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Among the projects Mayor Greg Nickels has sought to fund with the Obama stimulus money is the purchase of $412,540 worth of new devices to

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Nickels' Stimulus Plan: More Parking Tickets

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Among the projects Mayor Greg Nickels has sought to fund with the Obama stimulus money is the purchase of $412,540 worth of new devices to issue parking tickets in Seattle. It's a proposal that has some asking what hizzoner is thinking since, for one, it adds no new jobs, and two, appears to stimulate only City Hall's ticket revenues.

At the website Stimuluswatch.org, where the public can chime in, Nickels' ticketing device proposal appears to have gotten a major thumbs down. Some unpopular funding pitches - made by mayors around the U.S. - got a minus 2 or 3 rating, and popular ones a plus 3 or 4; Nickels' $863,709 funding request to hire 11 new Seattle cops, for example, got a plus 18.

But the parking ticket plan got a thundering minus 279 - a 96 percent disapproval rate. Says one commentor: "What a perfect example of Government spending, they're taking our tax dollars to spend on devices that will enable them to take more of our money faster!"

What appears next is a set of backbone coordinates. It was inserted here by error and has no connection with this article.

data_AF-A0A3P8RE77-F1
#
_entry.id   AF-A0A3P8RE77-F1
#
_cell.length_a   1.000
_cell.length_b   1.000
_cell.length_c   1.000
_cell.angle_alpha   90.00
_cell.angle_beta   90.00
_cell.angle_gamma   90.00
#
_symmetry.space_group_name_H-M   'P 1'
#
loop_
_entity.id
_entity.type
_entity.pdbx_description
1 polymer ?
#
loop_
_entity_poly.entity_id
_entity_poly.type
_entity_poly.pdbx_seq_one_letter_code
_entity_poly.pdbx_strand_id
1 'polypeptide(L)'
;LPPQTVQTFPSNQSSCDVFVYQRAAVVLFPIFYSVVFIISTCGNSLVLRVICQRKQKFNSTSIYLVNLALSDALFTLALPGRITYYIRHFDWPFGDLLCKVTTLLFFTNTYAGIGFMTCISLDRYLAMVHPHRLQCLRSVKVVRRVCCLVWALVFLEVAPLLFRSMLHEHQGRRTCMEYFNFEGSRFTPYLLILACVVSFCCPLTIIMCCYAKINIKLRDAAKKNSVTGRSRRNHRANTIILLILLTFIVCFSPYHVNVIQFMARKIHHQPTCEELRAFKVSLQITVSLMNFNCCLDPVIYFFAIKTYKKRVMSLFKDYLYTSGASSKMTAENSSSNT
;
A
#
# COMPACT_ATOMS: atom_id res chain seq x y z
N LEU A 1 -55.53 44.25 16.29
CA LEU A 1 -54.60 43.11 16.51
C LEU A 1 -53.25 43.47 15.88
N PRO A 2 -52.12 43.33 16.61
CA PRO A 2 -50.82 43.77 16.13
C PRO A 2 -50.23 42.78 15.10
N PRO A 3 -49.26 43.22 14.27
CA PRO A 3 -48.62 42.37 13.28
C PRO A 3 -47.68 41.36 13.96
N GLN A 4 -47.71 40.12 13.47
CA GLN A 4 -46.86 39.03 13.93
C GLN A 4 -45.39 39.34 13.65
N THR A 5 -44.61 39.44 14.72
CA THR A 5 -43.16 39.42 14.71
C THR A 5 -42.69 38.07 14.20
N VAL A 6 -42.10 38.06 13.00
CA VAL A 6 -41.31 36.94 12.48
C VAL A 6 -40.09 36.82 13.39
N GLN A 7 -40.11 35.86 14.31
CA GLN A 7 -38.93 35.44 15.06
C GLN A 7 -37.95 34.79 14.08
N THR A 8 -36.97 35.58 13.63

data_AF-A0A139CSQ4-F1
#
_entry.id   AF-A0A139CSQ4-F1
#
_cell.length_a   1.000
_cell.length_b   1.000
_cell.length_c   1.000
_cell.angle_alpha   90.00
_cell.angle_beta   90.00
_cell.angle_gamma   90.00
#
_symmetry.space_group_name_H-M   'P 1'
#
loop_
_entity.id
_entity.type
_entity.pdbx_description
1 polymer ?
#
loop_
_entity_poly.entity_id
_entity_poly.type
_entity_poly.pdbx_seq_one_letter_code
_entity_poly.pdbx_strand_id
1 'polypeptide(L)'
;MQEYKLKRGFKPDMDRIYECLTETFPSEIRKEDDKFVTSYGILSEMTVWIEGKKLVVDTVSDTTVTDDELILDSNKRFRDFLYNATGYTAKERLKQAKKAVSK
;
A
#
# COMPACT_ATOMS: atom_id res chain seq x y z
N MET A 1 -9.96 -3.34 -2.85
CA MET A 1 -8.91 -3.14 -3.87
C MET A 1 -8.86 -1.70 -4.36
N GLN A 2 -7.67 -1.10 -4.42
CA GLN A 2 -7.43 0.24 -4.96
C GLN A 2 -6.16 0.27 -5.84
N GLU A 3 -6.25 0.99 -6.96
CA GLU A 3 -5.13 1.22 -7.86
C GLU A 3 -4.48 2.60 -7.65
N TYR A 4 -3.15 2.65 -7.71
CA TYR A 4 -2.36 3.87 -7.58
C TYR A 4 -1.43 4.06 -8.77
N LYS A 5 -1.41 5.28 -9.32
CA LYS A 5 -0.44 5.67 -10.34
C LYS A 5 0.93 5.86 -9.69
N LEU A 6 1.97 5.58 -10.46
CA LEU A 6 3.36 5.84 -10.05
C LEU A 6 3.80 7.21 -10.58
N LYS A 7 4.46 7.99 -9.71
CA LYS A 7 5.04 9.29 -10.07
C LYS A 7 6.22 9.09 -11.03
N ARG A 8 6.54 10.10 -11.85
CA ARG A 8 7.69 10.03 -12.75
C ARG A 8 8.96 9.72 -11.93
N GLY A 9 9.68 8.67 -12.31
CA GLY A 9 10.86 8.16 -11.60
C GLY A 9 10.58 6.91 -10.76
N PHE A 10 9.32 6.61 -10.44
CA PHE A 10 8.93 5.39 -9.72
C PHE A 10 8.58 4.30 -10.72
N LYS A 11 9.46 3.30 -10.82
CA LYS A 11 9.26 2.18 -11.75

Nickels' request isn't directly funded in the president's $787 billion stimulus bill - the American Recovery and Reinvestment Act passed by Congress. The stimulus money will be doled out project by project through federal agencies. Many of the requests, like Seattle's, are detailed in a long list compiled by the U.S. Conference of Mayors - of which Nickels is vice-president.

His proposed projects, which include transportation and capital improvements, total $224 million and would employ, he claims, 6,465 people. "The list was compiled a month or so ago, not knowing what the federal stimulus would look like," says mayoral spokesperson Alex Fryer. "We included ideas grand and small." And now that they know what the stimulus looks like? "We don't yet know if this [parking-ticket] request will be part of our official proposal," Fryer says.

If it is, the money could buy some of those new high tech handhelds for the city's parking enforcement officers, who use an older model. They include not only a portable printer, touch screen and the ability to download a history of your car's outstanding parking tickets, but a built-in camera to take evidence photos of your poor parking skills. Just the thing to go with the city's new red light cameras.

 
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